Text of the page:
Without a word, Coach places his gold Yonnex racquet on his teaching cart. Plucking the nub of the yellow number two pencil from behind his ear, he picks up a beleaguered clipboard that is suffocating beneath a tangle of papers so massive and barely constrained, the whole mess threatens to detonate in his face like a confetti bomb. He hovers his pencil over the top page, circles what he was looking for, and then calls me in. As he walks to the net, in the absence of any cartilage in either of his knees, his legs are so bowed he doesn’t so much walk as roll from side to side, like a dingy rocking in a passing boat’s wake.

Coach meets me at the net and explains for the fifth time, “Hit the ball down the line in that situation. That crosscourt angle is low percentage. Every time you go for that shot, you’re giving your opponent an absolute gift. You might as well wrap it up and put a ribbon on it. He doesn’t even have to hit the stupid ball.” He has not raised his voice. There is no hint of sarcasm. His is the voice of a teacher.

“That’s my best shot, Coach,” I object.

Coach tries a different tack. “How many times in the last 30 minutes have you tried that shot?”

I have no idea.

He glances down at the error chart he invented and where, unbeknownst to me, he has meticulously recorded every single error I have committed in the last 30 minutes. “Exactly eight times,” he says evenly. 


“How many times did you hit the shot successfully?” he asks, as he discards the clipboard on a courtside bench.

I have no idea.

“One time,” he states simply. “That’s a success rate of 12.5 percent.”

I find myself wondering how the heck he did the math in his head so fast.

Coach continues, getting more and more animated. He is in his wheelhouse. He is teaching. His shoulders begin rolling and twitching in service of his thoughts. His hands are moving every which way in a weird marionette dance. The skin on his hands and forearms is leathered from sun damage and his fingers are decorated with cylinders of white medical tape that cover raw splits in the joints.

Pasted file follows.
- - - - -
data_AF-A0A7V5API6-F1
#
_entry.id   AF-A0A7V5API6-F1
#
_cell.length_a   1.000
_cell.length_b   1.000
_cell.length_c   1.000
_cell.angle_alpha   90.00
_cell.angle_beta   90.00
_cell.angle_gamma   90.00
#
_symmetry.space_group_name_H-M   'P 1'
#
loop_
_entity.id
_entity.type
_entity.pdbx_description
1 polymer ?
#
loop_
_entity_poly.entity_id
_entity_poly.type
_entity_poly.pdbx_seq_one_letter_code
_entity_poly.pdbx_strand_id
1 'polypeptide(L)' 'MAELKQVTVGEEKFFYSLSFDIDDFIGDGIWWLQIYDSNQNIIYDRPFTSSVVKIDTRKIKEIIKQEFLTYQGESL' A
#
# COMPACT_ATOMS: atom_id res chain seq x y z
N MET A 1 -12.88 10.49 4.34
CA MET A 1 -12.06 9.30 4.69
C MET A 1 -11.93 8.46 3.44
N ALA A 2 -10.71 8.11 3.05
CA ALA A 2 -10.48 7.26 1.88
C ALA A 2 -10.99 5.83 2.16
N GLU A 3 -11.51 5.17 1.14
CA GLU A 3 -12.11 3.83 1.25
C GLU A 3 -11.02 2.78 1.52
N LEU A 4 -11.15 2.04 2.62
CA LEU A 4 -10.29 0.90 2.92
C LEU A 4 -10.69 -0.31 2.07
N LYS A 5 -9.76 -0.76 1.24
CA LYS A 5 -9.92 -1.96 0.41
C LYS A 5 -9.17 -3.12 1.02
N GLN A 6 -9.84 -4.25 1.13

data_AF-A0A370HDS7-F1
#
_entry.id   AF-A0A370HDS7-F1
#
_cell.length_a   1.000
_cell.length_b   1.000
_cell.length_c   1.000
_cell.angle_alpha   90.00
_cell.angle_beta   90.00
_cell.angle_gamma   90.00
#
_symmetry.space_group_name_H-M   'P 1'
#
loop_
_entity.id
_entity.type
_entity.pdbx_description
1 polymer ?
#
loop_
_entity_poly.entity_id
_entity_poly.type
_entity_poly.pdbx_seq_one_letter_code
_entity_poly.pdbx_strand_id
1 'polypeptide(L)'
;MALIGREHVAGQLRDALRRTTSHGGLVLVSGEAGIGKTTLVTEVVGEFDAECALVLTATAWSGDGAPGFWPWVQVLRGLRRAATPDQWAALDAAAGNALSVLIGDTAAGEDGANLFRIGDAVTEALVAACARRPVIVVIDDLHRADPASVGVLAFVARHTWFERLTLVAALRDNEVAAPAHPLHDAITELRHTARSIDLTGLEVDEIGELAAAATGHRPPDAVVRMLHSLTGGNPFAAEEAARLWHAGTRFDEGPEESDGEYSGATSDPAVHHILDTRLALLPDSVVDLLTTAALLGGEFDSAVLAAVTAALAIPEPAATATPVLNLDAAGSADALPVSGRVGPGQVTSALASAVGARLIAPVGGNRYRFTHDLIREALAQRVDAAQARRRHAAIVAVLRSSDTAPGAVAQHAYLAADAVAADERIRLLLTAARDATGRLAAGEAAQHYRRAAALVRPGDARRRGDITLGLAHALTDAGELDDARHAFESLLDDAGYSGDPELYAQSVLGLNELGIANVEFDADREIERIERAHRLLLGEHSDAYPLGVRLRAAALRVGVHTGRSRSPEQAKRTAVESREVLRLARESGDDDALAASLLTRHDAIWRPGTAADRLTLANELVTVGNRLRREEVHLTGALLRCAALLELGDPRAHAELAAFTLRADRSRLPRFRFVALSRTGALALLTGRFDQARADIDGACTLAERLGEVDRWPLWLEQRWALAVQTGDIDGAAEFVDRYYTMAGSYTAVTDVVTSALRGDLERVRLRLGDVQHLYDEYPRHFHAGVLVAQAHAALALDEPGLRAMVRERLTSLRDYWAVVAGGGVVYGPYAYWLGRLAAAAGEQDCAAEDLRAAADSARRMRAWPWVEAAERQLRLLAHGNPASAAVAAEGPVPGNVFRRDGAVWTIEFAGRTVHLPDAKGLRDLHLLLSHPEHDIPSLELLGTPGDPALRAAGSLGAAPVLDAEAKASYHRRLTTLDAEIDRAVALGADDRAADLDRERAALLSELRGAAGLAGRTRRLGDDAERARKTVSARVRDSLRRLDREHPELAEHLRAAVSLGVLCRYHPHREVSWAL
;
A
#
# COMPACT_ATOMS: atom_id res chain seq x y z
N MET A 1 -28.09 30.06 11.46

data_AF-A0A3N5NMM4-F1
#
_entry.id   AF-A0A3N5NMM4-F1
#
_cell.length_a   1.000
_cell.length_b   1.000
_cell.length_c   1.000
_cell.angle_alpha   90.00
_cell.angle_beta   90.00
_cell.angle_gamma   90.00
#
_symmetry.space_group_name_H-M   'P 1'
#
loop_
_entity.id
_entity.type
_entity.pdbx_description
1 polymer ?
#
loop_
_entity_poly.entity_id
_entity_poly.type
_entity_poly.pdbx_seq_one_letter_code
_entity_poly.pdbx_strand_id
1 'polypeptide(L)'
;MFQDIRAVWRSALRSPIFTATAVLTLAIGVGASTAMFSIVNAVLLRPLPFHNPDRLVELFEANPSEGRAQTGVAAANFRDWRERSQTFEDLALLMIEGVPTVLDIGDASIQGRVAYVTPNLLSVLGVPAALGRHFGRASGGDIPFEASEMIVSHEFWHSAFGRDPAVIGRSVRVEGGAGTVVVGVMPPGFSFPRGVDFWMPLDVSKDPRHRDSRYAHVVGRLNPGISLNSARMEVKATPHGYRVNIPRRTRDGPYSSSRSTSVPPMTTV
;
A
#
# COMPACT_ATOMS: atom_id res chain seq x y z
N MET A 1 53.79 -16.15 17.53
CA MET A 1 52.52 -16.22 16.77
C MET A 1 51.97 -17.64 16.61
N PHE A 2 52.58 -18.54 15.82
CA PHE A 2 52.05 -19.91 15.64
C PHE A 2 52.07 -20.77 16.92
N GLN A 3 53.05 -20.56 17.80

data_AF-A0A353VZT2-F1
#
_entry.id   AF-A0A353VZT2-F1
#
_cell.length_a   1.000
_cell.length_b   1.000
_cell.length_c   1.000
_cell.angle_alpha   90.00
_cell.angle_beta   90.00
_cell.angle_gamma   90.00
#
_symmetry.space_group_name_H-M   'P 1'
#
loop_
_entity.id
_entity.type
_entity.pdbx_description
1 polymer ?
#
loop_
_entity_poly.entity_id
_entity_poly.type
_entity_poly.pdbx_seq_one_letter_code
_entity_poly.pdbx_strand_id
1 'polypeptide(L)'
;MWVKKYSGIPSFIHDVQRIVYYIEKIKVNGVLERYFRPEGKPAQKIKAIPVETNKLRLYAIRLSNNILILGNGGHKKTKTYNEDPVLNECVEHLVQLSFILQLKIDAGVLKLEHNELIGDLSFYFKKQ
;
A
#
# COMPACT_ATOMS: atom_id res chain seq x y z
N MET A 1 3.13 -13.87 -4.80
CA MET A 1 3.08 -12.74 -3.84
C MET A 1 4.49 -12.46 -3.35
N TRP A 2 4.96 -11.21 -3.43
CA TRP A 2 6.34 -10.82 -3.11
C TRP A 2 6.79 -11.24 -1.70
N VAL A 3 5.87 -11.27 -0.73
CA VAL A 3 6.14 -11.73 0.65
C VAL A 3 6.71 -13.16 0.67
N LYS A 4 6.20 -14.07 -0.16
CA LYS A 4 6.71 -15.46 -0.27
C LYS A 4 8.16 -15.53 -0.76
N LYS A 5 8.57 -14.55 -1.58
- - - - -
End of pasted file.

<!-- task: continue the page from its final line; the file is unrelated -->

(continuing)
“So apparently, you are not talented enough to hit that shot.” He delivers this information without malice, rather, as a simple matter of scientific fact. “Cripes, if you were that talented, you wouldn’t even be here right now. You’d be at UCLA on a full ride. But you’re not. So, we have to learn to work with what we have.” He takes off his cap, scratches his head, and puts the hat back on again. I tower over him like a freeway light pole, peering down at the dried gum ball on top of his head, wondering just how old that thing really is. “See, if we don’t have the God-given talent of the other guy, then we have to manufacture ways to win. We have to be mentally and physically tougher. And part of that is we can’t make dumb mistakes. We have to make the opponent hit another ball, and another, and another. And then maybe he starts thinking, ‘Boogerpoop, this Redlands guy just doesn’t miss.’ And then he starts thinking—”

Wait. What? Boogerpoop? Are you kidding me? Is this guy from freaking Mars?

“—starts thinking he needs to hit an exceptional shot. Next thing you know he’s the one making mistakes, and he’s getting all worked up.” Coach breaks into a pantomime. He stomps a few steps to the right, and then back again to the left, head down, shaking it side to side, hands waving in cartoonish dismay. “‘Cripes, this guy just keeps coming. What am I gonna do? What am I gonna do?’” Coach stops in front of me, turns and peaks up from under the brow of his cap.

“Consistency,” he says, and then a big Cheshire grin spreads across his face. Here it comes. the trademark close. The last stroke of the brush. Like Rembrandt’s signature at the bottom corner of The Return of the Prodigal Son.

“See what I mean?”

And so endeth the lesson.